The Coastal Dune and Cortadura Beach

Although Cortadura Beach was not included within the protected territory as a Nature Park, it is an almost virgin beach, being the only one of the municipality that keeps the category of “natural” in the stretches of El Chato, Santibáñez and Matagorda. It is located parallel to the CA-33 road, forming the sandy barrier, tombolo or neck of land that separates the inner part of the Bay of Cadiz from the Atlantic Ocean and that connects Cadiz with San Fernando. This is where the Augusta Road was, the longest Roman road in Hispania, which ran from the Pyrenees to Cadiz bordering the Mediterranean.

It starts at the end of Cadiz next to the walls of the Cortadura which were the outer limit of the defenses of the city from the seventeenth to the nineteenth century. It extends along the left bank of the CA-33 road (in ascending kilometric direction in the direction of Cadiz), until reaching the Caño of the River Arillo that divides the municipalities of Cadiz and San Fernando.

It is the most extensive of the municipality, with a length of 3900 metres and a dry beach width of about 60 metres. It is considered “urban”, in its section from the walls of Cortadura to the Chato and as a “virgin beach”, from that to the Caño of the River Arillo, a stretch that includes the beaches known as Santibanez and Torregorda (this access prohibited because of the military facilities of the Torregorda Test Centre), where the municipality ends.

Due to the presence of unique habitats and spaces of interest for citizens, the Provincial Council of Cadiz included these zones within its Plan for the Protection of the Physical Environment in 2007, as a Litoral Complex of Environmental Interest.

It is formed by a line of dunes, a wide intertidal zone and an extensive rocky platform that runs along the coast that is exposed at low tide. The sand dune consists of a primary dune on which characteristic vegetation of active sandstones has established, such as marram grass (Ammophila arenaria), the European searocket (Cakile maritima) and the common saltwort (Salsola kali) in the areas closest to the sea. Other species are found further inland, such as the couchgrass (Elymus faratus), the eryngo (Eryngium maritimus) and the daffodil (Pancratium maritimum), among others. After the primary dune, there is a relatively active secondary dune area, where the species richness increases and exotic species appear, such as the Cape Fig (Carpobrotus edulis) and giant cane (Arundo donax). In this inner zone there are several artificial depressions in the shape of a bucket, which balance the sands, stabilised with exotic vegetation, where other species are established, such as the sharp rush (Juncus acutus). Throughout the entire dune area, there are several walkways that reach the beach from the parking area, of which only three are elevated. However, the entire dune appears very fragmented by the passage of beach-goers through the area.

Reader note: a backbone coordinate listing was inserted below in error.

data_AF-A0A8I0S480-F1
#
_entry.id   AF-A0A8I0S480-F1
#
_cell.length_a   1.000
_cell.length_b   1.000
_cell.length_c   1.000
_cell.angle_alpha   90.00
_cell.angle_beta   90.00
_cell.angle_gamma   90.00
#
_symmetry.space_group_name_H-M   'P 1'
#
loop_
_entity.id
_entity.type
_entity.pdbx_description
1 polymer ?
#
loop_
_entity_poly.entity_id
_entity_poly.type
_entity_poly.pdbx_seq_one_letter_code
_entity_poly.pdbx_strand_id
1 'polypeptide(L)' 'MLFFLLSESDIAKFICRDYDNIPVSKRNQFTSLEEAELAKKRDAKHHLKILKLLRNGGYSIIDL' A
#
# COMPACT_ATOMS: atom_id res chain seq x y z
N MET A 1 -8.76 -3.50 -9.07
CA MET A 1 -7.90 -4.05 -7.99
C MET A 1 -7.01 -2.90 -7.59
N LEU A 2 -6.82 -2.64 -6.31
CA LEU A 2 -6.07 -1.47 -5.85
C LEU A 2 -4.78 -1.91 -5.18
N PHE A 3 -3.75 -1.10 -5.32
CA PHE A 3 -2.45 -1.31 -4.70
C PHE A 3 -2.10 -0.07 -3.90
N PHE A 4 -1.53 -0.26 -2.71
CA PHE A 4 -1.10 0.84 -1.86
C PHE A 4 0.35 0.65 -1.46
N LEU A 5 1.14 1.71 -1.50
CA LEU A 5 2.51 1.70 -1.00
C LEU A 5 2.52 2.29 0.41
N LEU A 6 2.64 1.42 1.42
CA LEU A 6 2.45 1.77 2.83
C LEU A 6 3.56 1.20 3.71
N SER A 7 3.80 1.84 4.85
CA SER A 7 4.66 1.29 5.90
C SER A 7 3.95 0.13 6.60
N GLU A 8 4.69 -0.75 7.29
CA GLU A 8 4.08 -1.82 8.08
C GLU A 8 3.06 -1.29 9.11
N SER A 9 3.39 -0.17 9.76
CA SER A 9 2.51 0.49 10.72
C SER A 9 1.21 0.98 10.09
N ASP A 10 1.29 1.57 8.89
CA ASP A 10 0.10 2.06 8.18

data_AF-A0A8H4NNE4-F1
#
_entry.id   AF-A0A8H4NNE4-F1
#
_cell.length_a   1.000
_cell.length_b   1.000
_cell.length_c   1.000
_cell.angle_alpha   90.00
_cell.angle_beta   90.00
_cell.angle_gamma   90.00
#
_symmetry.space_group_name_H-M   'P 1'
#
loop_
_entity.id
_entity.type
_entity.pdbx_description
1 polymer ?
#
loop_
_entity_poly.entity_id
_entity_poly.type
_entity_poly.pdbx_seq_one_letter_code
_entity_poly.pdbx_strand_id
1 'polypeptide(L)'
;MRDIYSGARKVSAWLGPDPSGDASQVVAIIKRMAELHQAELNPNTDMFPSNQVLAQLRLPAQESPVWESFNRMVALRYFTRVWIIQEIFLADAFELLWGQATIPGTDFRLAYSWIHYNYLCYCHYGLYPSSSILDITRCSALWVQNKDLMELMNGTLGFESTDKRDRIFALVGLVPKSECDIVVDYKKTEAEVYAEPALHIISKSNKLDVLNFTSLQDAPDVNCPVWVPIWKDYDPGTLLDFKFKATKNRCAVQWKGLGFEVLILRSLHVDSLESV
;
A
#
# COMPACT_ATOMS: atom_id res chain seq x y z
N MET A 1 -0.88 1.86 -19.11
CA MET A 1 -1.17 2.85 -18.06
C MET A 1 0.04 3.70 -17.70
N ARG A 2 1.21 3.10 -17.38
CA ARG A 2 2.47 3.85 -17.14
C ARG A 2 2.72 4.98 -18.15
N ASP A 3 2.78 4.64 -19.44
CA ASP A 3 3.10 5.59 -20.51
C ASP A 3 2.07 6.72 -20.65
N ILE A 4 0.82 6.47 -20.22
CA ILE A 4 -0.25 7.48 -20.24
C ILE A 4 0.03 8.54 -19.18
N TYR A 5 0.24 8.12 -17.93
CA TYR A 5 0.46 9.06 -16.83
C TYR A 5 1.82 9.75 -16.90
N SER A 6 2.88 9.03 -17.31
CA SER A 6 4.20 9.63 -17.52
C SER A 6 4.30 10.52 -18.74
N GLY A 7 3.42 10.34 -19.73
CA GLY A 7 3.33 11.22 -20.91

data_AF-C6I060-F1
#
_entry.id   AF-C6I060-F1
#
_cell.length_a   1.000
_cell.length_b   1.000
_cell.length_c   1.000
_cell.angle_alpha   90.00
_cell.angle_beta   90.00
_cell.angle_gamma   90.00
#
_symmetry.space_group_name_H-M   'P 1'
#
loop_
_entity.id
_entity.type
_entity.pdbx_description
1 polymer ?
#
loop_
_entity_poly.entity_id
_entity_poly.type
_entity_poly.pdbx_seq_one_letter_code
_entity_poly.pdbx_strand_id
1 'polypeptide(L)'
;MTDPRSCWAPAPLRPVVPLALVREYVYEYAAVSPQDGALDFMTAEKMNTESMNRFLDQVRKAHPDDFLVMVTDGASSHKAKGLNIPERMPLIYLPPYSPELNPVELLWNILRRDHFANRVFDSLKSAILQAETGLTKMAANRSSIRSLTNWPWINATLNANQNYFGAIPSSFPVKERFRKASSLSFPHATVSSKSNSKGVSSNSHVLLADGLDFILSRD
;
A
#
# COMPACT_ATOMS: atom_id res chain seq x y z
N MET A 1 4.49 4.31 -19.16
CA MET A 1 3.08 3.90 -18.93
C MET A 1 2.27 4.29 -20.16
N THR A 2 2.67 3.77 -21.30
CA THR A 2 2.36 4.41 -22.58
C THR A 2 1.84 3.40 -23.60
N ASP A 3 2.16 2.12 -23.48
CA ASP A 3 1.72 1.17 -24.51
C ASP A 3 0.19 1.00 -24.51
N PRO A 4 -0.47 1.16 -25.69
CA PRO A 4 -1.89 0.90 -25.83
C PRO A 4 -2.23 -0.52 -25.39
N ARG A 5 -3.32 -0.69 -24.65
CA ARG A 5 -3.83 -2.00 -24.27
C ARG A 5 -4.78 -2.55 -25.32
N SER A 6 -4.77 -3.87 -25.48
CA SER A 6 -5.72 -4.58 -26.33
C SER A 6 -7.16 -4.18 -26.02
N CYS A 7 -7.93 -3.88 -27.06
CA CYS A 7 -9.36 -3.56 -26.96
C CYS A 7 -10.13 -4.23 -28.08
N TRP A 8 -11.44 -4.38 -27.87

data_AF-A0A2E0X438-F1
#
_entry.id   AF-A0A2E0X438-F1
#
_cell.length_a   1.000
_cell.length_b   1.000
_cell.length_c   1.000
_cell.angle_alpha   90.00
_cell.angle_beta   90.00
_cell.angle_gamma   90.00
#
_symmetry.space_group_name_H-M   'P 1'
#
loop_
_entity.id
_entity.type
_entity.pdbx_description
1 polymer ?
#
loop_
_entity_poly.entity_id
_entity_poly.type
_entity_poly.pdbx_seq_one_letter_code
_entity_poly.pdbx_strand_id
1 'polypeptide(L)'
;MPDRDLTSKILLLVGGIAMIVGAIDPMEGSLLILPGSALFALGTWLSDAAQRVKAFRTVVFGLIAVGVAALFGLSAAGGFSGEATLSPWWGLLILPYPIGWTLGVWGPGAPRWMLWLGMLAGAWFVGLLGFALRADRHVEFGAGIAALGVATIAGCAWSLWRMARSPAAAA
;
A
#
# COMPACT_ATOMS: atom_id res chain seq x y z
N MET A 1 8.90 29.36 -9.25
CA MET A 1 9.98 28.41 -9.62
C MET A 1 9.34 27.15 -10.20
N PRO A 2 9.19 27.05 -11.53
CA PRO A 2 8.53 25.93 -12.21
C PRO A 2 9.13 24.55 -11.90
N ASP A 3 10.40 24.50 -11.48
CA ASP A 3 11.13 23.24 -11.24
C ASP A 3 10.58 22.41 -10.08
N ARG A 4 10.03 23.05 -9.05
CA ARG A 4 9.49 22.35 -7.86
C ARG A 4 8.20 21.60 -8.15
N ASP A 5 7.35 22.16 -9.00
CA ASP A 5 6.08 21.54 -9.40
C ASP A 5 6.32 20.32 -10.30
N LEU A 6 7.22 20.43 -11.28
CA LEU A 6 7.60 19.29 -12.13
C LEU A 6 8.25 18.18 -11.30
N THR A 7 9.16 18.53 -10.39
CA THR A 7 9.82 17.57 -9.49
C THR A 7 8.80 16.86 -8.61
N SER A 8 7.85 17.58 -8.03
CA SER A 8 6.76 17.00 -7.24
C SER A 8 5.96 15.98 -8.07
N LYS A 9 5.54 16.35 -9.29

Among the fauna that can be found in the area of dunes, you can find the Spiny-footed Lizard (Acanthodactylus erythrunus), the Bedriaga’s Skink (Chalcides bedriagai) or the Common Chameleon (Chamaeleo chamaeleon), species of the Iberian fauna being the most threatened. They are located in the pine forests and in the dune areas. In the area of shore, you can observe species of waders such as the Kentish Plover (Charadrius alexandrinus), several species of sandpipers, Eurasian Oystercatchers (Haematopus ostralegus), terns like the little Terns (Sterna albifrons), the Sandwich Tern (Sterna sandvicensis) or the Capsian Tern (Sterna caspia). In the area of rocks at low tide, the Black Shag (Phalacrocorax carbo), the Caspian Gull, (Larus michahellis), Black-headed Gull (Larus ridibundus), Slender-billed Gull (Larus genei), Lesser black-backed Gull (Larus fuscus) or even the Audouin’s Gull (Larus audouinii) can be found.

The City Council of Cadiz has been developing a plan for the preservation of the structure and functioning of the natural ecosystems of Cortadura Beach for years. Their plan to see this through, is by the eradication of invasive alien vegetation that is displacing native vegetation, such as the Cape Fig (Carpobrotus edulis). The planting of native species within these dune ecosystems will see the limitation of excessive pressure from visitors in the most fragile areas.

As for the historical heritage of this area, it´s worth highlighting the Fort of Cortadura (19th century), the last great bastion fortification raised for the defence of the city of Cadiz during the War of Independence against the French (1808-1814). El Ventorrillo del Chato is an old staging post of the 18th century, where a battery of cannons was installed during the siege of the City of Cadiz in 1812, to harass the enemy that fired from El Trocadero. It was converted and is currently a restaurant.